How apt his words are in our twenty-first century: “The person with the Rosary in hand has the key to learning the most important of all lessons: the love of God for us, the destiny He has in store for us and the way he is helping us to reach that destiny.”

On June 3, 1992, Father Peyton, with Rosary in hand, died in San Pedro, California and was buried in the Holy Cross Cemetery located at Stonehill College in Easton, Massachusetts.

(With gratitude to: www.holycrsscongregation.org; www.wikipedia.org; “The Rosary Priest” by Father Richard Gribble, C.S.C., in Columbia (March 2018), pages 22-25.)

Knowing the Most Holy Trinity in Imitation of Our Lady: Solemnity of the Most Holy Trinity, May 27, 2018


“ . . . you must now know, and fix in your heart, that the LORD is God
in the heavens above and on earth below, and that there is no other.”

My Brothers and Sisters in Christ,

Today, the Sunday after Pentecost, is the Solemnity of the Most Holy Trinity.

What a reality! God is Three in One: The Father, the Son and the Holy Spirit.

Most of us were probably very young when we first learned this truth. It governs all we know. And it governs who we are.

Here is a brief and incomplete summary of the Most Blessed Trinity.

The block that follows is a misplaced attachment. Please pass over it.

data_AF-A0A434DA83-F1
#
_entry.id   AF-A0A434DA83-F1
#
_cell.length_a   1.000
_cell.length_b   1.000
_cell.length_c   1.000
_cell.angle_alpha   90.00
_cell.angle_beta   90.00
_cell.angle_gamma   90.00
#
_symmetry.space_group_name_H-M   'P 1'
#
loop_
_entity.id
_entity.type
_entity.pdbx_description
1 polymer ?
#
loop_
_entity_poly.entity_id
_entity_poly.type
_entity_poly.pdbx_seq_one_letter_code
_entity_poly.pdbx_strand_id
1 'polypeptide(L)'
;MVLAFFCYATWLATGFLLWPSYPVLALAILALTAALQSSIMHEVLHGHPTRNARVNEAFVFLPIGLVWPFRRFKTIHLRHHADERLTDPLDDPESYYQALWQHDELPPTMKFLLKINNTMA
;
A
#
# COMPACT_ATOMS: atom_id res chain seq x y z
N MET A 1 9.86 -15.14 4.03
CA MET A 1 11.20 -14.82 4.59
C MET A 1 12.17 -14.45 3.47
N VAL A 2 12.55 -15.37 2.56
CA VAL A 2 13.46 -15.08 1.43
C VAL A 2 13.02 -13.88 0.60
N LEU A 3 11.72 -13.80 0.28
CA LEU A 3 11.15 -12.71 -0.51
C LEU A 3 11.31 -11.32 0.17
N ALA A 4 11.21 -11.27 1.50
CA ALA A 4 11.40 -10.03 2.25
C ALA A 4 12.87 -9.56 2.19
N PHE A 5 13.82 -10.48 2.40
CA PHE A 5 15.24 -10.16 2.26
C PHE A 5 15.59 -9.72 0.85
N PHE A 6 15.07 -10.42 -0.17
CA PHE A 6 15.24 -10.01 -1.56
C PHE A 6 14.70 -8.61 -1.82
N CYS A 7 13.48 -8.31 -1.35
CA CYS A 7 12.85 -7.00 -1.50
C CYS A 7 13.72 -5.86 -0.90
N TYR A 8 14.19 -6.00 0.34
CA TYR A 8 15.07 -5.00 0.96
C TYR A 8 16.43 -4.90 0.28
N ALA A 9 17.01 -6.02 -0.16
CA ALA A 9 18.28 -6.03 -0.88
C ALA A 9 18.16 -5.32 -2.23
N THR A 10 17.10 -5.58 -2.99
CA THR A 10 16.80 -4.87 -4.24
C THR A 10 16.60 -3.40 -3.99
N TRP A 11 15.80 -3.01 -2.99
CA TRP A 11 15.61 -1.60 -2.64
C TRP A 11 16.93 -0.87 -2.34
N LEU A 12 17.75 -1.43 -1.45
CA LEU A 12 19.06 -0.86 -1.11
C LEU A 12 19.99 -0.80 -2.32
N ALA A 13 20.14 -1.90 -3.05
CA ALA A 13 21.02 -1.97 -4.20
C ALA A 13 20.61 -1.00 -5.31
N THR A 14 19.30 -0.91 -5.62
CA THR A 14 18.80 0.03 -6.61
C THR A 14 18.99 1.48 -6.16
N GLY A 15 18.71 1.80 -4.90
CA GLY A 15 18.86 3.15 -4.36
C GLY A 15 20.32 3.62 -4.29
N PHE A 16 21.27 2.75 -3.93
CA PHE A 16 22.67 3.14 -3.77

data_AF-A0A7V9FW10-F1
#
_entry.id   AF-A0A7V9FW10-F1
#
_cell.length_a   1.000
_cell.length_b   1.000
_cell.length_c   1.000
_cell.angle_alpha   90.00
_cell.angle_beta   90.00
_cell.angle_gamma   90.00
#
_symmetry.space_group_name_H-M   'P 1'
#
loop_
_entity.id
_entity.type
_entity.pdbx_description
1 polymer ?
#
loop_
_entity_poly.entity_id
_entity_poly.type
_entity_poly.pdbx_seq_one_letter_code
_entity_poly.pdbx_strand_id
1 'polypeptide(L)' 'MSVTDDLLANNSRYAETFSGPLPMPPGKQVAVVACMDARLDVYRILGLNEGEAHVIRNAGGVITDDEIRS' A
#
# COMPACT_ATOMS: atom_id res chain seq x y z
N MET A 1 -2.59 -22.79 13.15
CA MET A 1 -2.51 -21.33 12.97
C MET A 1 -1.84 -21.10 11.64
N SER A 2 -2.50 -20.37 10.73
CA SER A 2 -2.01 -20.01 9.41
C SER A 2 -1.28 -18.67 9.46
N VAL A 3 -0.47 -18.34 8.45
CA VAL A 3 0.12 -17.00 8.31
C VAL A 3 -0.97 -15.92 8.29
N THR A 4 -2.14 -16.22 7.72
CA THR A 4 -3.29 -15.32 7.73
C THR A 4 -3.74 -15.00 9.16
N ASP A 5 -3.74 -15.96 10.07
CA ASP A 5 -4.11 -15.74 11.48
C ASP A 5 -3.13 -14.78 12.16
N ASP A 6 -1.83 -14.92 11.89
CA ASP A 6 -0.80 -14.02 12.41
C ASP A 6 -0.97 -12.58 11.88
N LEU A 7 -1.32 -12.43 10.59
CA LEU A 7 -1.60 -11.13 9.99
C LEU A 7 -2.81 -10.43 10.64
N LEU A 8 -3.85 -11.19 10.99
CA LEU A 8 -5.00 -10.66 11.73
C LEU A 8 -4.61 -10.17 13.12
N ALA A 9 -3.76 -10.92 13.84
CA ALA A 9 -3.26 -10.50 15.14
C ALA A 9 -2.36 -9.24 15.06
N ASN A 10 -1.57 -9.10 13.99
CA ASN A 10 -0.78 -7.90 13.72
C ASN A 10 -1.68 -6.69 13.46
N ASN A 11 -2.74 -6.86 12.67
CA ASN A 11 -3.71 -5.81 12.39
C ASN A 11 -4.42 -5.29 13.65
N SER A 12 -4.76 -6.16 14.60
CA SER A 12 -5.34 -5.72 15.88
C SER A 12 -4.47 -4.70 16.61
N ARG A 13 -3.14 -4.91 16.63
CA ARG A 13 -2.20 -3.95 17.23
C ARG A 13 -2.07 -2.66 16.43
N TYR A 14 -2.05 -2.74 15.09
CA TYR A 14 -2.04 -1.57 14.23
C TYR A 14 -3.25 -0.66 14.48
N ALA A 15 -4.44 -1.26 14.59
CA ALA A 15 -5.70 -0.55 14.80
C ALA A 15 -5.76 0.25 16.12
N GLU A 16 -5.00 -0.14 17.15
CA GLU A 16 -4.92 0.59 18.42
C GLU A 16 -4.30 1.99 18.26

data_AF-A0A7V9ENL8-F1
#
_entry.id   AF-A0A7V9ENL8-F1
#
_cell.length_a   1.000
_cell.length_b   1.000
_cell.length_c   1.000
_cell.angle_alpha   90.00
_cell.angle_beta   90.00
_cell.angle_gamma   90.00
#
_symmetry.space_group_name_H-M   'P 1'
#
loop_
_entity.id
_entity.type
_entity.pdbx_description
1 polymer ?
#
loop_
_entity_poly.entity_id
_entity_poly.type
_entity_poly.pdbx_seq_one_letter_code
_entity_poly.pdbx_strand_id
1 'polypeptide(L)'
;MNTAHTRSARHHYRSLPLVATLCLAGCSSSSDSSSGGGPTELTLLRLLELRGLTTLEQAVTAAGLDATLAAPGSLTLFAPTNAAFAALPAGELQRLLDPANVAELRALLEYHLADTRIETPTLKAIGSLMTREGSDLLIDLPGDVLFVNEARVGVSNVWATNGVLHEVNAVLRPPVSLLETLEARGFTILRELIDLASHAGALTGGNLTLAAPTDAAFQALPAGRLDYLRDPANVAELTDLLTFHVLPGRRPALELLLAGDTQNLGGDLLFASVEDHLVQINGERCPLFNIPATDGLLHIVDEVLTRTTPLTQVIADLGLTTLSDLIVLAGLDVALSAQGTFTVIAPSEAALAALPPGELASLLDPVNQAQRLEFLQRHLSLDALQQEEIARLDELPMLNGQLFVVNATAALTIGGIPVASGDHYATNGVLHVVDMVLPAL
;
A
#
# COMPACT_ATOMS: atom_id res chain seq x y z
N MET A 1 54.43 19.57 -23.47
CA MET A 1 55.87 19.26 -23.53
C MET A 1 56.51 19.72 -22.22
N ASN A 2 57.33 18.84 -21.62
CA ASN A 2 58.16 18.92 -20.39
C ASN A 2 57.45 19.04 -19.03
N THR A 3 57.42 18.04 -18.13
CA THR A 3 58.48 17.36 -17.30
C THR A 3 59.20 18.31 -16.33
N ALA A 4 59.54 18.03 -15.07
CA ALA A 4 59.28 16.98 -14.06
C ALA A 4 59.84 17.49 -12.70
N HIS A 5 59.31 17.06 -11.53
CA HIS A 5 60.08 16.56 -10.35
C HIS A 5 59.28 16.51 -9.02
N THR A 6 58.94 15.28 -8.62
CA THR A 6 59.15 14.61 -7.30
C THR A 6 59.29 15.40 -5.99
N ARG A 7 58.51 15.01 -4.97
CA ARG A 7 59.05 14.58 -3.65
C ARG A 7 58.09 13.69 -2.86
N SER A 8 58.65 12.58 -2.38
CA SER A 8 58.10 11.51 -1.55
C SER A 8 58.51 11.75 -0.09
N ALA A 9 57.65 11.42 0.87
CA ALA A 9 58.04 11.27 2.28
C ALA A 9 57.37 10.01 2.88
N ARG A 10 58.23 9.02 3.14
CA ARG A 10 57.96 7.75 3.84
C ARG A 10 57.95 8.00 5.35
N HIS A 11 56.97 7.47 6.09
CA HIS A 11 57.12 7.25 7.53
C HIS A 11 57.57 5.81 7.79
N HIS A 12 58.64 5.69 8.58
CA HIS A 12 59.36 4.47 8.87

1. The Most Holy Trinity is the Supreme Being Who is God—the Father, the Son and the Holy Spirit. This is Catholicism’s foundation.

2. The Holy Trinity—eternal, perfect, limitless—always existed, exists now and will exist always.

3. God the Father, God the Son and God the Holy Spirit are three distinct and equal Persons. God is Three in One.

4. The Father is not greater than the Son and the Holy Spirit. Each is a different Person, but equal in majesty.

5. God has created, redeemed and made us holy. His love brought us into being, restored us to health when we had sinned and sanctified us.

6. God wants us to be happy on earth; He shows us the path to happiness: knowing and obeying His holy plan. His will alone is our joy and salvation.

7. By obeying His plan, we prepare to see Him “face to face” in Heaven. Experiencing the Blessed Trinity in Paradise is the ultimate happiness.

8. Love connects the Father, the Son and the Holy Spirit.

9. The Holy Trinity is merciful. Although we cannot match God’s goodness, He wants us to imitate Him through our love and compassion.

10. God, Who is love, is pleased when we—His children—know, love and serve Him.

As we hear in today’s Holy Gospel from Saint Matthew, Jesus, the Son of God and the Son of Mary, just before His Ascension, promised to be with us until the end of time. Let us put our trust in His promise.

The Ever-Virgin Mother of God is the Daughter of the Father, the Mother of the Son and the Spouse of the Holy Spirit.

When we pray, receive the Holy Sacraments, venerate Our Blessed Lady, read Sacred Scripture, study the Teachings of the Church and the Lives of the Saints, and perform works of charity and self-denial, then we witness to the Presence and the Power of the Most Holy Trinity in us.

As a venerable hymn puts it:

“O Most Holy Trinity,
Undivided Unity.
Holy God, Mighty God,
God Immortal, Be adored.”

Begging the Holy Spirit to Come: Pentecost Sunday, May 20, 2018